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Turkey widens media crackdown

July 28, 2016

Turkey has closed down dozens of media outlets in a widening crackdown following the failed July 15 coup attempt. A major shake-up of the mililtary is expected on Thursday as well.

Türkei Demo für Medienfreiheit in Istanbul
Image: Getty Images/AFP/O. Kose

Turkey continues to broaden its crackdown on media with suspected links to the Gulen movement, which the government accuses of orchestrating a failed July 15 coup attempt.

On Wednesday, the official gazette said it ordered the closure of three news agencies, 16 television stations, 23 radio stations, 45 newspapers, 15 magazines and 29 publishers.

The newspapers were mostly small regional websites but included well-known national titles.

Among the national papers closed were "Zaman," its English language version "Today's Zaman" and "Bugun." These titles and others tied to a Gulen-linked holding company had already been put under state administration earlier this year.

Zaman had been the country's top-circulating paper before being taken over. It was once pro-government before becoming sharply critical in 2013.

Cihan, a major news agency, was also ordered shut.

The opposition "Taraf" newspaper was also closed down. It is best known for being the first to publish documents related to an alleged coup plot that led to a series of trails that severely weakened the secular military establishment.

Gulenist prosecutors and judges are alleged to have fabricated evidence in the trials, which ran from roughly 2008-11. The verdicts against military officers were later reversed after relations between President Recep Tayyip Erdogan and the Gulen movement turned into open war.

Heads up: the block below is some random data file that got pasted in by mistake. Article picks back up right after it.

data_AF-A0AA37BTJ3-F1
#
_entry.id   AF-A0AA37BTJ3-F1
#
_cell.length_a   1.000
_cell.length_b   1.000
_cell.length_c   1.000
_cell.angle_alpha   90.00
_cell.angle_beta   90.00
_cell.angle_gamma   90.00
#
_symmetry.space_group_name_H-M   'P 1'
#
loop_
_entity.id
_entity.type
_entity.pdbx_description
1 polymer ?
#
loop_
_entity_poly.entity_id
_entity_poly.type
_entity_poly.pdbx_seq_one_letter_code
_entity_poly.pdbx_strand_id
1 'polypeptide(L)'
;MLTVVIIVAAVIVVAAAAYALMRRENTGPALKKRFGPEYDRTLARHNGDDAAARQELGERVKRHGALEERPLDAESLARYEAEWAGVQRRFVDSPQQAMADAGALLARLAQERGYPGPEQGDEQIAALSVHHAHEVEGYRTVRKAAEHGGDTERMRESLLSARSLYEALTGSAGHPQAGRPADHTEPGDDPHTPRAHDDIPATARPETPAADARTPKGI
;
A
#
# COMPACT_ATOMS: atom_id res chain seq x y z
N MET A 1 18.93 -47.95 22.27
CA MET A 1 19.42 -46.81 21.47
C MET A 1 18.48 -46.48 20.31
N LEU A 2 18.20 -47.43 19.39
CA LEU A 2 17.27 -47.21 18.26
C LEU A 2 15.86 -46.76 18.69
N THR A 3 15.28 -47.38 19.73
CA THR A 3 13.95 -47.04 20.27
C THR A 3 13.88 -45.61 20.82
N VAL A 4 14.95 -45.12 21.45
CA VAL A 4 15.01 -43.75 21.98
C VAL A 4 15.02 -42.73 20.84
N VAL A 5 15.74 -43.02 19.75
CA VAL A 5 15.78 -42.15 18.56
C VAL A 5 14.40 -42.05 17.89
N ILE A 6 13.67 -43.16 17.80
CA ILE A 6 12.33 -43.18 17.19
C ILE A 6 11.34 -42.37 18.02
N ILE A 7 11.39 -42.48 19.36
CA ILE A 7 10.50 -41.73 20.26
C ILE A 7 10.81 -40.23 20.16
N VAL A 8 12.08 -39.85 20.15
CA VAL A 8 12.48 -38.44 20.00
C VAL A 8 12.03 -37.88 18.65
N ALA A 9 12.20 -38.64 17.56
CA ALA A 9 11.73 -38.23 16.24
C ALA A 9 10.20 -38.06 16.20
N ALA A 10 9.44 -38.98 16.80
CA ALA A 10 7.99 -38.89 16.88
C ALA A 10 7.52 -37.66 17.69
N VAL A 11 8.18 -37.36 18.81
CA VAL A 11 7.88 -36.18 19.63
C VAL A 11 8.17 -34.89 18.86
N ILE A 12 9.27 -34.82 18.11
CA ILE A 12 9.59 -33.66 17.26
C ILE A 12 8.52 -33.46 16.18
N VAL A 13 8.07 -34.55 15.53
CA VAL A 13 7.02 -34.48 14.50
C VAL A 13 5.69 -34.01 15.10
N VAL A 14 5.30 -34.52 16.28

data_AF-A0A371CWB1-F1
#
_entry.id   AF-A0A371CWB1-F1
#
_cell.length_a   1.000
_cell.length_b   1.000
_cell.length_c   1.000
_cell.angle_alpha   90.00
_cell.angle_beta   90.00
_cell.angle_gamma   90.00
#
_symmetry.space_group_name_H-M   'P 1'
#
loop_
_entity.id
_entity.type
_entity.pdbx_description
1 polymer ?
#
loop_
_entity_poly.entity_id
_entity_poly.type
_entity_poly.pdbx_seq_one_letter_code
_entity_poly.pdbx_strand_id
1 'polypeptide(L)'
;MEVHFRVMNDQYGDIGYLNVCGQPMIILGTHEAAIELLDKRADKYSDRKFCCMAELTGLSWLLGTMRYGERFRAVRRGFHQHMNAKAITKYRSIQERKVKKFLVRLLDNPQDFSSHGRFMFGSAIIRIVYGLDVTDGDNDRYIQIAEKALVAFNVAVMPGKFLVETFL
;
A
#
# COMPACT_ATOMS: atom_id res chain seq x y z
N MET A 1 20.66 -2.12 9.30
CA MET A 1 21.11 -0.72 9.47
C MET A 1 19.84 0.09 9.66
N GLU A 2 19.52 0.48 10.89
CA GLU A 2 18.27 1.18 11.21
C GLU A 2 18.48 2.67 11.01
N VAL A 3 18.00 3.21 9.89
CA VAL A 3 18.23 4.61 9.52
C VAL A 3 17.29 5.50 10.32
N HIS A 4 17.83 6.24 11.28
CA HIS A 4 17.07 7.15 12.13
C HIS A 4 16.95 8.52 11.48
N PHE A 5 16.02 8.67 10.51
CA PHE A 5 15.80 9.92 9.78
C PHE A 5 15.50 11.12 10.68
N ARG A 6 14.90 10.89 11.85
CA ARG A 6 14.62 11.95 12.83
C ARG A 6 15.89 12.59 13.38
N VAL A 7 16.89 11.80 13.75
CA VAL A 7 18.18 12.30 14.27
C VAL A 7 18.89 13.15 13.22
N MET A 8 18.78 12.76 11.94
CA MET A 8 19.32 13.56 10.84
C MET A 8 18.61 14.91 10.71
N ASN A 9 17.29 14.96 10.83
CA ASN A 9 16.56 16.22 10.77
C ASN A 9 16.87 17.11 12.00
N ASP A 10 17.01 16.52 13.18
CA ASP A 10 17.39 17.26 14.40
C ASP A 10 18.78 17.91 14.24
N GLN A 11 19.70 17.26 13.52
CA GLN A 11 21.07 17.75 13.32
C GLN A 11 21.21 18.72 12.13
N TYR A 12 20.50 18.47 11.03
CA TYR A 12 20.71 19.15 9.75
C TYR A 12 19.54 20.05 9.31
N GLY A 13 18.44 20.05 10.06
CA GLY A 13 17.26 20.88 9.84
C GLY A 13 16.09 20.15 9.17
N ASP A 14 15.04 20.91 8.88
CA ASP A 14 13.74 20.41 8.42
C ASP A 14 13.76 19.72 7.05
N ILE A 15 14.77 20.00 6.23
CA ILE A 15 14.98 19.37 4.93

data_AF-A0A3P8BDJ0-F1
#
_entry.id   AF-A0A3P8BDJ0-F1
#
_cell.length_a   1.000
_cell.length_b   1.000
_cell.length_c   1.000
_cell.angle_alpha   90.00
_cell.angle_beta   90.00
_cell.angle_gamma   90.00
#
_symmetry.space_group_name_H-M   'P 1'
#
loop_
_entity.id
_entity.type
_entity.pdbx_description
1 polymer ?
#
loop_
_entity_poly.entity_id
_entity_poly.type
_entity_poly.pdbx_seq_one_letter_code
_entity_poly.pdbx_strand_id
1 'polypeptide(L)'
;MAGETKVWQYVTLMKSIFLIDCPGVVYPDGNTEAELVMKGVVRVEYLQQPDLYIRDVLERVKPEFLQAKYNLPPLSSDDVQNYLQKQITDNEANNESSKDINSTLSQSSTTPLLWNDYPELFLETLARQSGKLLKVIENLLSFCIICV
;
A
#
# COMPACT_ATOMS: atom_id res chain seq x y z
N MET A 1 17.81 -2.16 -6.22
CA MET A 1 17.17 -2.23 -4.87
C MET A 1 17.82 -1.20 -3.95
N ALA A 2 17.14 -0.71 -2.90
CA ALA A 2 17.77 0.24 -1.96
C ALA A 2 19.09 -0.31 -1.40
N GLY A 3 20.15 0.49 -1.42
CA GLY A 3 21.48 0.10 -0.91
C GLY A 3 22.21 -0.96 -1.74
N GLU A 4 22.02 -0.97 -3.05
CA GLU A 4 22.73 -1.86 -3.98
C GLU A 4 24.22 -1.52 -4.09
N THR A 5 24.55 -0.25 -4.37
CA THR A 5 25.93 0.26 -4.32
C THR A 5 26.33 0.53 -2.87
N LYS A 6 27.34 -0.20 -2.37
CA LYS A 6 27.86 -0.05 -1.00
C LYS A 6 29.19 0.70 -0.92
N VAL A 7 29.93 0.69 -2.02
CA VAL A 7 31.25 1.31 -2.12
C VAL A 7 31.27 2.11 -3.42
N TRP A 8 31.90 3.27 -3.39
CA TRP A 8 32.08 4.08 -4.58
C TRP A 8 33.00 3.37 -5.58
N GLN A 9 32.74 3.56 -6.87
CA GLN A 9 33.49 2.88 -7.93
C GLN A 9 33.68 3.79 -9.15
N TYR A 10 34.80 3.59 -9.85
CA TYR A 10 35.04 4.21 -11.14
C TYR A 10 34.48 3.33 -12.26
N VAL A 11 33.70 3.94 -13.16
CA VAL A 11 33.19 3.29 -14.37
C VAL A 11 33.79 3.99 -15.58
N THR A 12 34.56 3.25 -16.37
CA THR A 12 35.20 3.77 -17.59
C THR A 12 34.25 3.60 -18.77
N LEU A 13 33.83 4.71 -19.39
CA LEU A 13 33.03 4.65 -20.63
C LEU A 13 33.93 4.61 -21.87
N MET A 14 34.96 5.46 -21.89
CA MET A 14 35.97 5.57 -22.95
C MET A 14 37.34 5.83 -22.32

The television stations closed down included Samanyolu, a well-known Gulenist-linked station. But the list also included Tuna Shopping TV, a television shopping network.

AFP news agency reported that IMC TV, a liberal, pro-Kurdish news agency that has no known links to the Gulen movement had been closed down. However, IMC TV's website was still running and their reporting on the closures did not include their own agency.

The mass closure of so many media and publishing outlets comes amid an intensified crackdown that has already led to nearly 100 arrest warrants being issued against journalists this week.

Turkey after the coup

More than 60,000 soldiers, police, judges, teachers and civil servants have been arrested, suspended or put under investigation as part of a wide reaching crackdown criticized by the United States, European Union and human rights organizations.

On Thursday, the High Military Council chaired by the government will meet to implement sweeping changes to the armed forces.

cw/msh (AFP, Reuters)